What is Muscle Atrophy: Types, Symptoms & Treatment

What is Atrophy: Types, Symptoms, & Treatment

Muscle Atrophy Definition 

What is Muscle Atrophy: It is a type of degeneration where the tissue, muscle, or organ cells stop functioning. This means that your body will break down the muscles and organs until they are no longer alive. There are many types of atrophy: Muscle Atrophy, Spinal Muscular Atrophy, and Vaginal atrophy. Muscle atrophy is the process where there is a decrease in muscle mass and an increase in fat. It can affect anybody’s part, including your arms, legs, stomach, and chest. Disease or other health conditions can cause atrophy, such as cancer, stroke, and AIDS.

The significant causes of muscle atrophy include physical inactivity and aging. Physical activity helps keep your muscles strong and healthy, but they will eventually waste away without it. Atrophy usually affects the weaker portions of tissue first; for example, the muscles in people with polio may become smaller and more fragile than those of a person without the disease.

Muscle Atrophy

Types of Atrophy 

There are three types of atrophy: muscle atrophy, spinal muscular atrophy, and vaginal atrophy.

  1. Muscle Atrophy 

Muscle Atrophy is the most common type of atrophy. It occurs when your muscles shrink and weaken because they aren’t getting enough nutrition; this means that you will lose muscle mass over time, becoming less intense and flexible. Muscle Atrophy can affect all parts of your body, including:

  • Arms
  • Legs
  • Stomach
  • Chest

This atrophy type is usually seen in physically inactive, elderly, or suffering from a disease. Medications can also cause muscle atrophy, such as corticosteroids, which treat conditions like asthma and rheumatoid arthritis. When these drugs are used long-term, they can cause muscle wasting.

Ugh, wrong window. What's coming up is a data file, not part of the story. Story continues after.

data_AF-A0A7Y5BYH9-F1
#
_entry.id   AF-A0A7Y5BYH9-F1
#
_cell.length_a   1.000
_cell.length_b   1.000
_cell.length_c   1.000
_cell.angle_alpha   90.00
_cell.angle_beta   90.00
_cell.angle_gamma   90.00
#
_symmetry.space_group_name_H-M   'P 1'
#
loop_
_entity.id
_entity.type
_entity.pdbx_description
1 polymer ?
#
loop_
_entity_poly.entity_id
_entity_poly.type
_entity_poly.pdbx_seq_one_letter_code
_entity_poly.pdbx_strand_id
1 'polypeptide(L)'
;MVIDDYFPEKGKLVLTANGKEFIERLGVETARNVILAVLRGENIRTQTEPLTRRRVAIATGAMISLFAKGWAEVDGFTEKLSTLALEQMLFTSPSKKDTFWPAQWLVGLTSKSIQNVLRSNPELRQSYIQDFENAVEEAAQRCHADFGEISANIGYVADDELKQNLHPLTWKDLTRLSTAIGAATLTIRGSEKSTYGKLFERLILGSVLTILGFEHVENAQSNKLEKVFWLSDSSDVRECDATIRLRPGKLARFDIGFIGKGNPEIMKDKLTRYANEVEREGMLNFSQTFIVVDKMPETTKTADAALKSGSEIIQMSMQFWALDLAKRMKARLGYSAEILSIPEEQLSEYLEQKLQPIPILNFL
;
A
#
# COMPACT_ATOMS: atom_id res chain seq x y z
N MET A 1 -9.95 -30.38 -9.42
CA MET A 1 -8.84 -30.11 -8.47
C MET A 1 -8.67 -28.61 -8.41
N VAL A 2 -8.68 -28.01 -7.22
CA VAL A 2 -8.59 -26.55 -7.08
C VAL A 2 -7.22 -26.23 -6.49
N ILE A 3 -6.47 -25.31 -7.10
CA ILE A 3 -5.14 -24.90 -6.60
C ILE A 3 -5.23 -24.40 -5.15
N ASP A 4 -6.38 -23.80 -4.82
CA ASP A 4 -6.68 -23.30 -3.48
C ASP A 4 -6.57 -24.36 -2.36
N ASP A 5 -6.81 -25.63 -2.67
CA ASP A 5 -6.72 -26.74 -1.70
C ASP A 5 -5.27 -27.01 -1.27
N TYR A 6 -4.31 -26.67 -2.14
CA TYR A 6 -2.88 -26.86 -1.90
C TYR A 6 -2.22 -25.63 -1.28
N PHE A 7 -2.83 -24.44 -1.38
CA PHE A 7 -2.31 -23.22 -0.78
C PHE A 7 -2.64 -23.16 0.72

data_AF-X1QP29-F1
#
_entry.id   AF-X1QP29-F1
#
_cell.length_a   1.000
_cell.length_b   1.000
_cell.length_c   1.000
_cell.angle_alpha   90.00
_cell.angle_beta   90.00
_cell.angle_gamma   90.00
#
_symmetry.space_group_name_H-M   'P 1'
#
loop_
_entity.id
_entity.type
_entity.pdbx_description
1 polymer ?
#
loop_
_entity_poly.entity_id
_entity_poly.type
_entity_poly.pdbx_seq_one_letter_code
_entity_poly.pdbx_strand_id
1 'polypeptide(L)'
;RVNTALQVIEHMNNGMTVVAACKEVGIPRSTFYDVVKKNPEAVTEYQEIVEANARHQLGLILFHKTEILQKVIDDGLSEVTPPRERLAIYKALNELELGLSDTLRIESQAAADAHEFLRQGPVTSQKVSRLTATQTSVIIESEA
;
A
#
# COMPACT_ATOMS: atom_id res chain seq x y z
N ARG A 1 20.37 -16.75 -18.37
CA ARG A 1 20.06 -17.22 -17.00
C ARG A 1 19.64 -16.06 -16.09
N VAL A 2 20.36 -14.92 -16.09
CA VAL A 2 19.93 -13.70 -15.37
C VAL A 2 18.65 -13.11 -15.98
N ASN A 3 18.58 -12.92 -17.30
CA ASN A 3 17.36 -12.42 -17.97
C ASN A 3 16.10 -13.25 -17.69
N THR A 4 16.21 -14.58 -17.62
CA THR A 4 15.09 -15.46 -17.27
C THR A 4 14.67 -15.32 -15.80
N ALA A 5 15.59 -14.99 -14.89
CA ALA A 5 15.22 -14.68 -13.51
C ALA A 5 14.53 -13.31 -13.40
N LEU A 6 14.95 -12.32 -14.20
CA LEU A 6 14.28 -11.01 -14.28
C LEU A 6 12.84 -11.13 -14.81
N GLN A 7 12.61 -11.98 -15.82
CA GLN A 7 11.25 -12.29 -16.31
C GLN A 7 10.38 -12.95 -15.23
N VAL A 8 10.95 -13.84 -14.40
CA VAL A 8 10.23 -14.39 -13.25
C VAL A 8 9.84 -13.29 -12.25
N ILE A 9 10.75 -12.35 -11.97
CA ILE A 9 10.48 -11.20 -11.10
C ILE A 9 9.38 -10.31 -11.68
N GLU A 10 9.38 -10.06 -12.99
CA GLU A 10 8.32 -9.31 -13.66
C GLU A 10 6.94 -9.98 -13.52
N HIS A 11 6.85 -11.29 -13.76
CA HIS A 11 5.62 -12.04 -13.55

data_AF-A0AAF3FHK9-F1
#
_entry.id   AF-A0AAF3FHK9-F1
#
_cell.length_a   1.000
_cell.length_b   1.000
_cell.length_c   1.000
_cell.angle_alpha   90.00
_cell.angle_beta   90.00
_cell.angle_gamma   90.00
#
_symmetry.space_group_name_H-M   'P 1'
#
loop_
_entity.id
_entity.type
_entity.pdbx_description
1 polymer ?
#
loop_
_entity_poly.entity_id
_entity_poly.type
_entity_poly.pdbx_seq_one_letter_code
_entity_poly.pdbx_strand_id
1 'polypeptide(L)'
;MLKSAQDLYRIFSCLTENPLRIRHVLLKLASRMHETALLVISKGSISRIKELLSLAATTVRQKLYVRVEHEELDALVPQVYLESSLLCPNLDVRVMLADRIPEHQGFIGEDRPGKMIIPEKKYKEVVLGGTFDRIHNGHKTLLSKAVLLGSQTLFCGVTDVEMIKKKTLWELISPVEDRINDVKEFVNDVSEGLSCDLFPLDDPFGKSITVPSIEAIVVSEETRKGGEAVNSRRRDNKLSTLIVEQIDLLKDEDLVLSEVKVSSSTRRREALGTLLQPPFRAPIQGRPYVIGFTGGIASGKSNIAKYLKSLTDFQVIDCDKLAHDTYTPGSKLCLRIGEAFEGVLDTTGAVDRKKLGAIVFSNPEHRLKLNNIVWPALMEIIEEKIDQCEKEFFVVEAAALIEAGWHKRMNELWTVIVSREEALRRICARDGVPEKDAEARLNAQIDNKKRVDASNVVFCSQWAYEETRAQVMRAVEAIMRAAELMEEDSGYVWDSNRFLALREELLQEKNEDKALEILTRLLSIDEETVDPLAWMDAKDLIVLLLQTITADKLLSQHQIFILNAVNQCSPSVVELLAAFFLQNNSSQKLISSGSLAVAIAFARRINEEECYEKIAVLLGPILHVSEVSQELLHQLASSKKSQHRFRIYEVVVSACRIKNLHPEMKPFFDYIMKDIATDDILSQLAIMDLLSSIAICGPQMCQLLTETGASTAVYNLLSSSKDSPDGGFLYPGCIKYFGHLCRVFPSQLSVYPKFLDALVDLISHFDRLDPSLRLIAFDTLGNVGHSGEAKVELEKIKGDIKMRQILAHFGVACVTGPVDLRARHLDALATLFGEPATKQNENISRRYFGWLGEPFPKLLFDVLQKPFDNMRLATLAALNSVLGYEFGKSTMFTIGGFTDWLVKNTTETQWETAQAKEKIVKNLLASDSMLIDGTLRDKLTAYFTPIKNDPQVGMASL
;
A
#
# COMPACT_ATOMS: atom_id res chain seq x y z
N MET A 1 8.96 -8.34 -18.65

There are generally two types of muscular atrophy: disuse and neurogenic atrophy.

Disuse atrophy is the most common type, and a lack of use causes it. For example, if you don’t use your arm for a long time, the muscles will weaken and shrink. This can also happen to the leg muscles if you are bedridden or use a wheelchair.

Damage to the nerves that supply the muscles causes neurogenic atrophy. This damage can be from several things, such as

  • Diseases like polio, multiple sclerosis, and cerebral palsy
  • Injury to the spinal cord
  • Certain types of cancer that affect the nerves, such as leukemia

Muscle Atrophy

  1. Spinal Muscular Atrophy 

Spinal muscular atrophy is a form of muscular dystrophy. Spinal muscular atrophy, or SMA, can affect all muscles in your body, but it most commonly affects the muscles that control movement and breathing. Certain viruses which cause this disease attack the nerve cells. Spinal muscular atrophy (SMA) is a genetic disorder that causes the muscles to weaken over time, leading to problems in movement and loss of physical activity.

It affects about 30,000 individuals in North America alone, so many people are unaware of this disease. The disorder results from damage to the nerve cells that control the muscles, specifically in the spinal cord. This means that individuals with SMA can lose muscle mass and strength in their arms and legs. There is currently no cure for SMA, but treatments are available that help improves the quality of life for those who have it.

SMA usually starts in early childhood and worsens as the child gets older. The first symptoms include:

  • Weakness in the legs and hips
  • Difficulty swallowing or moving the tongue, which can lead to feeding problems
  • Weakness in the arms and upper body